Guinea’s capital Conakry has been hit by an Ebola epidemic that has already claimed dozens of lives in the country’s southern forests.
“At least 59 out of 80 who contracted Ebola across the West African country have died so far,” said UNICEF in a statement to Agence France-Presse (AFP).
There are no known treatments or vaccines for Ebola, a viral hemorrhagic fever that kills up to 90 percent of those who become infected, depending on the strain of the virus. The virus is spread through direct contact with blood, feces or sweat, by sexual contact or unprotected handling of contaminated corpses. First discovered in the Democratic Republic of Congo in 1976, the disease has spread in several outbreaks, mainly in sub-Saharan Africa.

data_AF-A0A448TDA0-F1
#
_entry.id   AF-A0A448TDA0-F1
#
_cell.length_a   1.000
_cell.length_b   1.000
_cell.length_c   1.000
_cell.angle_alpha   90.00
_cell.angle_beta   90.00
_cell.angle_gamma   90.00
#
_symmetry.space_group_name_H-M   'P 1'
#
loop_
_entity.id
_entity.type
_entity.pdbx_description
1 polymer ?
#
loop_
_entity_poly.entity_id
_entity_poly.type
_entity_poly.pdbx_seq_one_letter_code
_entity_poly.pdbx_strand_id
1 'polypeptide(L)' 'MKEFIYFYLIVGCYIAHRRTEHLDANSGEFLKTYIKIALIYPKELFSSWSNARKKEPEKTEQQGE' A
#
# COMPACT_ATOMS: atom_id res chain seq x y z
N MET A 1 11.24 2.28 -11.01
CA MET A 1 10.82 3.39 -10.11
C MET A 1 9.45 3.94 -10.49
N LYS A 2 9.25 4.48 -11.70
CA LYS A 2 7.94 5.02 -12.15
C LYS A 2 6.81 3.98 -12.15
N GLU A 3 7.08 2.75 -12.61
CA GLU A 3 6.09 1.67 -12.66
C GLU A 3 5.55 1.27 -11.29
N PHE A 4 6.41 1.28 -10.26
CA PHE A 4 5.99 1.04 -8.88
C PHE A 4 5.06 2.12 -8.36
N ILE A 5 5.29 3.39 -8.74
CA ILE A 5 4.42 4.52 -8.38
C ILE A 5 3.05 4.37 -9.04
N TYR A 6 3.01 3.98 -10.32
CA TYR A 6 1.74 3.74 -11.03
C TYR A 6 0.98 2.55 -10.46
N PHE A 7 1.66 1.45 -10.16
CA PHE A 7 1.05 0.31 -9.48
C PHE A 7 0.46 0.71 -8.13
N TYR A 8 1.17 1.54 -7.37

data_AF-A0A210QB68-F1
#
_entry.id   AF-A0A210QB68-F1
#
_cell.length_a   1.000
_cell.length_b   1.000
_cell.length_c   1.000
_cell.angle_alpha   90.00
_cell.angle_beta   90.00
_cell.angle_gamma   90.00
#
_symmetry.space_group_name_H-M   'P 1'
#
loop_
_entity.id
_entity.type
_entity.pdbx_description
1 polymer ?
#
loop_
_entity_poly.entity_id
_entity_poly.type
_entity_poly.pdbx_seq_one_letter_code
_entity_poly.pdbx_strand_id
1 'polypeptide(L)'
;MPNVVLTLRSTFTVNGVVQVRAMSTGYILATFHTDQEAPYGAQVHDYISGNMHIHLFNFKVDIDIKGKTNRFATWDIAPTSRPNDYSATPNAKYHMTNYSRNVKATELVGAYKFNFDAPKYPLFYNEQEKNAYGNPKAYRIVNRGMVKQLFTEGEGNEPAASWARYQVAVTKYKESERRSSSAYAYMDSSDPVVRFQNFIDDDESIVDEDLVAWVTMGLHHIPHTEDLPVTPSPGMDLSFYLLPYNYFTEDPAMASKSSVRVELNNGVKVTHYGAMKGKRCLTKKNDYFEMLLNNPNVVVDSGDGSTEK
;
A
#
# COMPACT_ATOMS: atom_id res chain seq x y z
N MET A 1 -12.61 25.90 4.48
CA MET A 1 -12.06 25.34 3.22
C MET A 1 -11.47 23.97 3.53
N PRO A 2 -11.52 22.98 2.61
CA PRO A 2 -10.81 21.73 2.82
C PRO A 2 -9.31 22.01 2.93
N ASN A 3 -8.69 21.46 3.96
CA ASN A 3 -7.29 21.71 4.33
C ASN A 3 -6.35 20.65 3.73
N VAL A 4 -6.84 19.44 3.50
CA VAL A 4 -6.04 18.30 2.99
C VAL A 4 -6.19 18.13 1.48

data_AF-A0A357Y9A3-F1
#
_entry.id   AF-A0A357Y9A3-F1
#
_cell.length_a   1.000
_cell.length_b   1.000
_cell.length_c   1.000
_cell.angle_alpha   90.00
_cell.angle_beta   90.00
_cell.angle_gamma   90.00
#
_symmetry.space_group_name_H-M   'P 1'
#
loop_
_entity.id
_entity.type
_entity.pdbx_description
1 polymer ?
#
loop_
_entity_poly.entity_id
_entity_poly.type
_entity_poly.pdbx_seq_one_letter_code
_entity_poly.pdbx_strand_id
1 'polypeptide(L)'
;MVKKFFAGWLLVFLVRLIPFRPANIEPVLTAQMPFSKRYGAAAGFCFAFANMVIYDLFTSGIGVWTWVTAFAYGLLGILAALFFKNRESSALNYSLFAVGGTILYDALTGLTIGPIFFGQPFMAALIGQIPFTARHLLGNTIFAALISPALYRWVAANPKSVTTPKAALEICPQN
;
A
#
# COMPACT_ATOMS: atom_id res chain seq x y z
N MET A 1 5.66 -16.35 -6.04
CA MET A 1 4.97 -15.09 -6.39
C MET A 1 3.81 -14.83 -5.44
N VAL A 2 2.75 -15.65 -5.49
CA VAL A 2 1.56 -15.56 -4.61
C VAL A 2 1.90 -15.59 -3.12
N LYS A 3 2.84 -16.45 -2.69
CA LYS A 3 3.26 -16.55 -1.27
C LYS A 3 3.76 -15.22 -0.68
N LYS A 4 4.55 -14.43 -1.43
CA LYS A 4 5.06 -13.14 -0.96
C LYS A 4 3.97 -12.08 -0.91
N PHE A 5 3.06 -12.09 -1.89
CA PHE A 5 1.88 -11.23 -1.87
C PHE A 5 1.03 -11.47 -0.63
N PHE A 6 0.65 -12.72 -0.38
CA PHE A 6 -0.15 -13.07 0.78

“This outbreak is particularly devastating because medical staff are among the first victims … hindering the response and threatening normal care in a country already lacking in medical personnel,” UNICEF said.
The organization has sent five tons of aid to the country’s most affected regions, and has urged Guineans not to attend funerals when possible and to avoid all contact with the sick and the dead.
- Inside Mississippi's Last Abortion Clinic—and the Biggest Fight for Abortion Rights in a Generation
- Do Current COVID-19 Tests Still Detect Omicron?
- The First U.S. Offshore Wind Farm Could Be a Lifeline for Struggling New England Cities
- Welcome to TV's Era of Peak Redundancy
- The Key Role a Local Newspaper Played in the Trial Over Ahmaud Arbery's Murder
- TIME's Top 100 Photos of 2021
- 2021: The Year the Grift Kept Giving